When a job needs to be done, Dick Archer steps forward. He says he has led successful businesses, boards, and fund-raising drives simply because no one else volunteered. A founding member of the Westmont Board of Advisors, he is taking a leading role in fund raising for the college. He believes in giving up to 25 percent of his time in service to others, and volunteering for Westmont fits with his commitment to Christian education.
After serving in the Navy at the end of World War II, Dick attended the University of Southern California on the G.I. Bill, and also sold insurance for his father. After graduating with a degree in business administration, he joined the family firm in Los Angeles and worked with the elder Archer until his death in 1959. Dick continued as president and CEO for 13 years, then sold the business to Frank B. Hall & Company, Inc., a firm listed on the New York Stock Exchange.
Although he expected to remain in Southern California, he ended up as chairman and chief executive officer of Frank B. Hall & Company, Inc. Moving to New York City, he ran the company for over three years and spent half his time on the road. The pressure and demands of the position took their toll on his health, which led to his resignation as CEO.
“My failure to stay with the Hall job was the making of my life,” Dick relates. “I thought I was indestructible, but the pressure brought me to my knees. I returned to Los Angeles, looking for meaning in my life. Fortunately, I was surrounded by Christians, including my brother and sister-in-law, and I came to the Lord. From that time on, my life has been more fulfilled and more productive.”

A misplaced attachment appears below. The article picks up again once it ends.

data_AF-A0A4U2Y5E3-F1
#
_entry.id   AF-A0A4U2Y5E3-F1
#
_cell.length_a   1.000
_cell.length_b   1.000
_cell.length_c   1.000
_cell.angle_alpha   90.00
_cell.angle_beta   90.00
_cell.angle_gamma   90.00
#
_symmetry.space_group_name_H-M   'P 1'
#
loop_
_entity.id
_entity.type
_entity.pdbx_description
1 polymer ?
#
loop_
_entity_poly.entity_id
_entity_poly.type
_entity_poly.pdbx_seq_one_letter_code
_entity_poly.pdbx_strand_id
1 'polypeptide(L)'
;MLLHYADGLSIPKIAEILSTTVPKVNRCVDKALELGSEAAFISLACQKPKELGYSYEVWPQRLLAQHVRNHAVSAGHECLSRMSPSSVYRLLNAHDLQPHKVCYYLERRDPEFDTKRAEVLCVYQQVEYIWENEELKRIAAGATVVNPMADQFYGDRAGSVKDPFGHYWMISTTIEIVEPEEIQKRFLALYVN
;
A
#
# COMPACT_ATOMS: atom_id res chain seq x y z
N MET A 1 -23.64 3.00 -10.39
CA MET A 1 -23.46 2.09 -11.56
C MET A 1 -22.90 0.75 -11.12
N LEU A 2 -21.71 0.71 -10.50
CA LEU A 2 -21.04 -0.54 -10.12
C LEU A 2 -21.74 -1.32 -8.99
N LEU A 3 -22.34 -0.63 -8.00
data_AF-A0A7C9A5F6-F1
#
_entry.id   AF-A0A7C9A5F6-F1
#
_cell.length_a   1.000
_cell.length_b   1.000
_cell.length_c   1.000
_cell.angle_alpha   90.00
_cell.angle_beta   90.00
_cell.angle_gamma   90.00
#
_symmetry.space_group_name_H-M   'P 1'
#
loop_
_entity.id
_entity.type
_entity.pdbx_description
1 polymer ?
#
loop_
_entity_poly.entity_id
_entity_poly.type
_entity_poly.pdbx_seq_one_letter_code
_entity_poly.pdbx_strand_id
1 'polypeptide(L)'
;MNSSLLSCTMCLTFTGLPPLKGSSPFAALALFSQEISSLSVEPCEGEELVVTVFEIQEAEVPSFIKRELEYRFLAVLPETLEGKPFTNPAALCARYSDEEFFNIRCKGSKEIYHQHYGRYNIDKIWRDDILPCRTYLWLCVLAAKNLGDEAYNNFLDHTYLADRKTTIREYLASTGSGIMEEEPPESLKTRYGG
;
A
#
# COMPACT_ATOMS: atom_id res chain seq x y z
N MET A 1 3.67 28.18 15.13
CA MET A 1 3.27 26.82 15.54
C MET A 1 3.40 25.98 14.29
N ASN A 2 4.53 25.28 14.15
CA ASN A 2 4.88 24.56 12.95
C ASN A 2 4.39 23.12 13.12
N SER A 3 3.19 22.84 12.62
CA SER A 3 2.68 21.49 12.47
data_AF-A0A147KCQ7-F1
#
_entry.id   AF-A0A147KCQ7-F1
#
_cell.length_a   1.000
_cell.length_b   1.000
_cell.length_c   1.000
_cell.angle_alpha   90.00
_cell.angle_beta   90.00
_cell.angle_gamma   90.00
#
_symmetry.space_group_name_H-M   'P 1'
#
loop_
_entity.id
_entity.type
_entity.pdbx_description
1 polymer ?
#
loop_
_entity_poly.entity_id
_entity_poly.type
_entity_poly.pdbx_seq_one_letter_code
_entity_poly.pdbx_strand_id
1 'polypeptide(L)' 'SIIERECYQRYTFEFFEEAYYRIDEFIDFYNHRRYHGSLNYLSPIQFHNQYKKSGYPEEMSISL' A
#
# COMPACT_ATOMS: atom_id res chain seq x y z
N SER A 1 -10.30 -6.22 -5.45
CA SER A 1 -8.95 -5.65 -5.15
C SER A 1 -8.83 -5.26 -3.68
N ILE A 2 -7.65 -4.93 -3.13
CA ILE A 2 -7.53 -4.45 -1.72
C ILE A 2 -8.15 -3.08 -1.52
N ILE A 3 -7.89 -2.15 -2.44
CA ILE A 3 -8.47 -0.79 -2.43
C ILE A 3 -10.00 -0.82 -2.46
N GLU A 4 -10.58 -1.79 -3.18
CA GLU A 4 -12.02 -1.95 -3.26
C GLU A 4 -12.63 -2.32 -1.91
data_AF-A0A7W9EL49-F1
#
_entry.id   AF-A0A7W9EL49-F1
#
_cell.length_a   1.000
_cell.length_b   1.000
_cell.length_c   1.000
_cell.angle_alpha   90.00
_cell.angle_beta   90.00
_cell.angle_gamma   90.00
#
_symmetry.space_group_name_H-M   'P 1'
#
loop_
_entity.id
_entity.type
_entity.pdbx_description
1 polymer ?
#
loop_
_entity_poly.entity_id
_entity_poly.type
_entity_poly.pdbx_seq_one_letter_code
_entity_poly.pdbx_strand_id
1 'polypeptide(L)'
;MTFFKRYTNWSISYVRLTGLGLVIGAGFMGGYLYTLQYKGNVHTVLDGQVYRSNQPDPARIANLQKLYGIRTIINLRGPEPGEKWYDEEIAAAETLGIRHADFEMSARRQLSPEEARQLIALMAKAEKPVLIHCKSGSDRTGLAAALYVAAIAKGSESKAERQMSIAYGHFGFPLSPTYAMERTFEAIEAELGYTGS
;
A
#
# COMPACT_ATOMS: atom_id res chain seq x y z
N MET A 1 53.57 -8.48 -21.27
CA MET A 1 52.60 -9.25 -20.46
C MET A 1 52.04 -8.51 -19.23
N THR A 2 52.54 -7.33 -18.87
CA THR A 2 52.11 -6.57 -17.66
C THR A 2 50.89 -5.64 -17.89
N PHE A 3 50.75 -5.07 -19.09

He continued to work with Frank B. Hall as a consultant and general manager of the western division, and then became vice chairman of the board and later president of Emett & Chandler Companies, Inc., which was successfully merged and restructured into Jardine Insurance Brokers, Inc. Today he works as an independent consultant.
Over the years, he has served on many corporate and non-profit boards and has been actively involved in numerous professional and community organizations.
His commitment to service led Dick to join the board at Loyola Marymount Uni-versity, which he chaired for four and a half years. He also took on the task of raising money for a $5 million school at Calvary Church in Pacific Palisades and later helped the congregation with a $2.2 million expansion.
He considers all this “the Lord’s work,” adding, “the Lord puts you in these places and you just do what has to be done.” His wife, Jean, shares this commitment.
Dick became interested in Westmont when he moved to Santa Barbara. “There’s such a broad spectrum of needs in the world,” he notes. “You can’t meet them all; you need to pick your spot. I believe a successful society is an educated one, and we need leaders who are well prepared to face the future. Westmont has an added dimension; we also need people to evangelize the world, and Westmont graduates do that in all kinds of ways.”
Dick sees two challenges at Westmont: raising money and raising awareness of the school’s excellence. “I love the challenge of fund-raising; it yields great benefits for both the giver and the recipient. All the people I have persuaded to give have come back and thanked me for the rewards and satisfaction they have received.”